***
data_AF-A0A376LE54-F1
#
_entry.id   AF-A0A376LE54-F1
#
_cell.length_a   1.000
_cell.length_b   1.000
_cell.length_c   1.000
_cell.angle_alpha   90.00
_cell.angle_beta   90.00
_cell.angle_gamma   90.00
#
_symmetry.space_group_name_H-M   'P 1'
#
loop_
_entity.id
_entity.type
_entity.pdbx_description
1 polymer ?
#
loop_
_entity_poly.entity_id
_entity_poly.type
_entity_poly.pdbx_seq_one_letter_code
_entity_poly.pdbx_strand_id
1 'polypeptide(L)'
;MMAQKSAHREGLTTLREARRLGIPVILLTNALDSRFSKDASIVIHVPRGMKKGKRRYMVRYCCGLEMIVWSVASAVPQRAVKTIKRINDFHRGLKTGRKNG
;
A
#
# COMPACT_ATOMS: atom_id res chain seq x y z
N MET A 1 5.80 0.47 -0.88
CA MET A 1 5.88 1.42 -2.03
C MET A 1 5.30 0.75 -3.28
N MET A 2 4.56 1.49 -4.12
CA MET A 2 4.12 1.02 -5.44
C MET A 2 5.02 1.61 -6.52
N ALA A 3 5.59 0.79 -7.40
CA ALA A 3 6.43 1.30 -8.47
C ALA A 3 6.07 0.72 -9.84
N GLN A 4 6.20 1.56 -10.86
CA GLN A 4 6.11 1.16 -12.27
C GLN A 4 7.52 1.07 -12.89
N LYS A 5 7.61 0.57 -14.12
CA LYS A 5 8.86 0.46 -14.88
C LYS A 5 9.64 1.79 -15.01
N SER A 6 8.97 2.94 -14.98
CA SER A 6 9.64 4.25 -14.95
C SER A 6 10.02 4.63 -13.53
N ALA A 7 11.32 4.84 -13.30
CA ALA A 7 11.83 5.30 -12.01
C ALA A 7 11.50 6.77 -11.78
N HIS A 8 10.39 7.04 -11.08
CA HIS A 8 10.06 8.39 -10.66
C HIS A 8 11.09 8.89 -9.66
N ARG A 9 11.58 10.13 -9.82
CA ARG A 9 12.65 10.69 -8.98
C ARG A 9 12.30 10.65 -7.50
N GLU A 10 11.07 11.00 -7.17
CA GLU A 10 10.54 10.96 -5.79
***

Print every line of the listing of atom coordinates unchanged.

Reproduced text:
data_AF-A0A376LE54-F1
#
_entry.id   AF-A0A376LE54-F1
#
_cell.length_a   1.000
_cell.length_b   1.000
_cell.length_c   1.000
_cell.angle_alpha   90.00
_cell.angle_beta   90.00
_cell.angle_gamma   90.00
#
_symmetry.space_group_name_H-M   'P 1'
#
loop_
_entity.id
_entity.type
_entity.pdbx_description
1 polymer ?
#
loop_
_entity_poly.entity_id
_entity_poly.type
_entity_poly.pdbx_seq_one_letter_code
_entity_poly.pdbx_strand_id
1 'polypeptide(L)'
;MMAQKSAHREGLTTLREARRLGIPVILLTNALDSRFSKDASIVIHVPRGMKKGKRRYMVRYCCGLEMIVWSVASAVPQRAVKTIKRINDFHRGLKTGRKNG
;
A
#
# COMPACT_ATOMS: atom_id res chain seq x y z
N MET A 1 5.80 0.47 -0.88
CA MET A 1 5.88 1.42 -2.03
C MET A 1 5.30 0.75 -3.28
N MET A 2 4.56 1.49 -4.12
CA MET A 2 4.12 1.02 -5.44
C MET A 2 5.02 1.61 -6.52
N ALA A 3 5.59 0.79 -7.40
CA ALA A 3 6.43 1.30 -8.47
C ALA A 3 6.07 0.72 -9.84
N GLN A 4 6.20 1.56 -10.86
CA GLN A 4 6.11 1.16 -12.27
C GLN A 4 7.52 1.07 -12.89
N LYS A 5 7.61 0.57 -14.12
CA LYS A 5 8.86 0.46 -14.88
C LYS A 5 9.64 1.79 -15.01
N SER A 6 8.97 2.94 -14.98
CA SER A 6 9.64 4.25 -14.95
C SER A 6 10.02 4.63 -13.53
N ALA A 7 11.32 4.84 -13.30
CA ALA A 7 11.83 5.30 -12.01
C ALA A 7 11.50 6.77 -11.78
N HIS A 8 10.39 7.04 -11.08
CA HIS A 8 10.06 8.39 -10.66
C HIS A 8 11.09 8.89 -9.66
N ARG A 9 11.58 10.13 -9.82
CA ARG A 9 12.65 10.69 -8.98
C ARG A 9 12.30 10.65 -7.50
N GLU A 10 11.07 11.00 -7.17
CA GLU A 10 10.54 10.96 -5.79